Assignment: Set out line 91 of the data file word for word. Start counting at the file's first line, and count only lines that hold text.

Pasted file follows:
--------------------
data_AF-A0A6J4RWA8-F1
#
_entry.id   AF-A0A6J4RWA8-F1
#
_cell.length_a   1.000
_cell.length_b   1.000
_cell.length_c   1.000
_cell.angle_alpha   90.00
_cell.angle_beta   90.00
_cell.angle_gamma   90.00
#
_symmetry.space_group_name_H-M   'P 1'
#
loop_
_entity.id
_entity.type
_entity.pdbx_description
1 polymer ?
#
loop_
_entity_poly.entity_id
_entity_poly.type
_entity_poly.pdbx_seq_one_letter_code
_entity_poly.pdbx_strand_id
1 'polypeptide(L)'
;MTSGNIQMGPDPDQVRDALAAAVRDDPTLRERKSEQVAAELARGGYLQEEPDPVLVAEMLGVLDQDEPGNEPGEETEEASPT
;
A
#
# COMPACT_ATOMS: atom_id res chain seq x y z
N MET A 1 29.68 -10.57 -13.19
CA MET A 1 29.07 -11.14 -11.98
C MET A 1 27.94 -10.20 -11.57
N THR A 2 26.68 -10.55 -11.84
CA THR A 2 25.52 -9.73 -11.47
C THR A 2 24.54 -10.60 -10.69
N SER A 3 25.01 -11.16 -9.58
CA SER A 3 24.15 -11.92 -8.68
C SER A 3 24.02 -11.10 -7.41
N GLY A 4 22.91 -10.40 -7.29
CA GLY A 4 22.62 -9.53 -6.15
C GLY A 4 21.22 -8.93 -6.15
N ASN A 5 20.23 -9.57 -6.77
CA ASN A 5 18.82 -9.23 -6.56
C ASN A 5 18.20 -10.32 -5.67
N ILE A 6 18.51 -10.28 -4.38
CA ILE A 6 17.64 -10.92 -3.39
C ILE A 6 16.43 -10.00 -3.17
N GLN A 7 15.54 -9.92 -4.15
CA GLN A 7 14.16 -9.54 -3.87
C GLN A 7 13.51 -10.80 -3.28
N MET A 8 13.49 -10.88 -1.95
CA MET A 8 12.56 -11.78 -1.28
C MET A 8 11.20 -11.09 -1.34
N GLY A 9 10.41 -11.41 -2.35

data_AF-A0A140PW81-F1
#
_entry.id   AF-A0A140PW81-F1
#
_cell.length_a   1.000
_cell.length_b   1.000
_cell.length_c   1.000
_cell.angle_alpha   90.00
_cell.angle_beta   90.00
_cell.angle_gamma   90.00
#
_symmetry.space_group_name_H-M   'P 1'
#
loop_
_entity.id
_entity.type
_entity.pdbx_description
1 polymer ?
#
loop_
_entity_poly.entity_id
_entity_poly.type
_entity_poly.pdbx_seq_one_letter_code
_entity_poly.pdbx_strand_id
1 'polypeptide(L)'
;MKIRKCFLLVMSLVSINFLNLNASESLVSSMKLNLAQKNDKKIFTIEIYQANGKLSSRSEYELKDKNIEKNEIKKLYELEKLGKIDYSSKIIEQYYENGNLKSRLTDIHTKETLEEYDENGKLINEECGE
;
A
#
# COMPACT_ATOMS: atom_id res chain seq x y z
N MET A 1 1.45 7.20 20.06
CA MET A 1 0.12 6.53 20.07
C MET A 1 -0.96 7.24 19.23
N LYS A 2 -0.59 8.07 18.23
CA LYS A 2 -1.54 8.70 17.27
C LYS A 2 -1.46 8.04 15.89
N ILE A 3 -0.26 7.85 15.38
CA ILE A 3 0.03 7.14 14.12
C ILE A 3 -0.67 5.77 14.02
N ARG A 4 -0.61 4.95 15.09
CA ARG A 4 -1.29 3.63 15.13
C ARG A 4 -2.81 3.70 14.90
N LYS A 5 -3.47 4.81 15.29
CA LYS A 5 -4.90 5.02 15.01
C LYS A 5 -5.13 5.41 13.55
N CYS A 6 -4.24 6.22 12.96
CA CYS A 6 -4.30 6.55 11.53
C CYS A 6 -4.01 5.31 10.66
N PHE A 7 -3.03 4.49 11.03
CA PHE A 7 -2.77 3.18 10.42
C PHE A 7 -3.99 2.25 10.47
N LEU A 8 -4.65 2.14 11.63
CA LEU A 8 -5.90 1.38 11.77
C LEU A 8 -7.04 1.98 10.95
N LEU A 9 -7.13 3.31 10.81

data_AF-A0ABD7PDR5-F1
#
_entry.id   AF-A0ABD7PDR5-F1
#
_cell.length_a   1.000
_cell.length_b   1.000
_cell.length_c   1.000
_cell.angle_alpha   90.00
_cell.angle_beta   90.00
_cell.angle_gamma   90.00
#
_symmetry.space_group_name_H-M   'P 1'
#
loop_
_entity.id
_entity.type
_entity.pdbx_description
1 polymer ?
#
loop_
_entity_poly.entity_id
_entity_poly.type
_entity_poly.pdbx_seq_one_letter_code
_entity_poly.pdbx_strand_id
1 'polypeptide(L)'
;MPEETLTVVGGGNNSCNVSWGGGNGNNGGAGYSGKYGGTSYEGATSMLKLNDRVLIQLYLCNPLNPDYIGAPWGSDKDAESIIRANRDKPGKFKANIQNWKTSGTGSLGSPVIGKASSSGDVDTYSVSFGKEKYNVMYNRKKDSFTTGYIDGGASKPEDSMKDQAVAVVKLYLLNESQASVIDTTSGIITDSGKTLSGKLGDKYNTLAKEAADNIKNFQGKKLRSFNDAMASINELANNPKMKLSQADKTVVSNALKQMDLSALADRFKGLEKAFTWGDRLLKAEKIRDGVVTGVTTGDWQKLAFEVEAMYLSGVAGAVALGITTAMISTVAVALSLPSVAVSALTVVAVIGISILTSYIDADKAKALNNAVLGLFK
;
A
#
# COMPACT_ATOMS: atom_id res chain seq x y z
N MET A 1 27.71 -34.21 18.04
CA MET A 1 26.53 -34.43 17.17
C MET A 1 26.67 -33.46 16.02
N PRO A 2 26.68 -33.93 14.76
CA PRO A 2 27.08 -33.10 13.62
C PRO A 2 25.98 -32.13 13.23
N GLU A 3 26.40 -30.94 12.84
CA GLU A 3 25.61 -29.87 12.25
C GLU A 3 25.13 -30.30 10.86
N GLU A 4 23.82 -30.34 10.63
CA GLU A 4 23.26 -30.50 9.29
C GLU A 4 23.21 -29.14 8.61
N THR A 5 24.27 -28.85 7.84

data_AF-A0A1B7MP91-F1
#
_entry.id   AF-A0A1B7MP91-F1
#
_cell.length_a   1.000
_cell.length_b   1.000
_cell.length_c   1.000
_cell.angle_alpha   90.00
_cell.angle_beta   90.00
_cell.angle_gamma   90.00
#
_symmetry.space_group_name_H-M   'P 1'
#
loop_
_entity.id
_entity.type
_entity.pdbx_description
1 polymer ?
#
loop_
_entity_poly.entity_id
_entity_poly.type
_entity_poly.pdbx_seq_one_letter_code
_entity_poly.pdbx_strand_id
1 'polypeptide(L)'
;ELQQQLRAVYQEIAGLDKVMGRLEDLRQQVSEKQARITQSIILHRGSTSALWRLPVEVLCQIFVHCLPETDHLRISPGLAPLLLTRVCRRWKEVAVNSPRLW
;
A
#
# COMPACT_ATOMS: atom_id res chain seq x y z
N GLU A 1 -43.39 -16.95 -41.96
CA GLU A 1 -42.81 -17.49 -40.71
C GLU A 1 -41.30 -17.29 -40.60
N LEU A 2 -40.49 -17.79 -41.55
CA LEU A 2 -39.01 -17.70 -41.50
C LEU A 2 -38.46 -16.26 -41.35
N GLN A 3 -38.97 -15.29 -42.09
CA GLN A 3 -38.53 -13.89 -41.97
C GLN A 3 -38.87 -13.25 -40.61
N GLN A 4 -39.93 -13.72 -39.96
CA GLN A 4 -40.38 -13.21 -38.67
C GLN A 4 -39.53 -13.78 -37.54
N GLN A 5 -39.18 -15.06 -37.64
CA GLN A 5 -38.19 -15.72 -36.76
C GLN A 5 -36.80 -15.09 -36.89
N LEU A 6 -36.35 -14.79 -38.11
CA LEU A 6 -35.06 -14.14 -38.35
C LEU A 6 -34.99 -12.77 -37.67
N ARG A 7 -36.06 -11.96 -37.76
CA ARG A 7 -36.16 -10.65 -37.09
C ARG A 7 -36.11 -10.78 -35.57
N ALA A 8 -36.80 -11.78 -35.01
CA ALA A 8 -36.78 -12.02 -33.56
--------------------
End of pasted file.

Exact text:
C LYS A 2 -1.46 8.04 15.89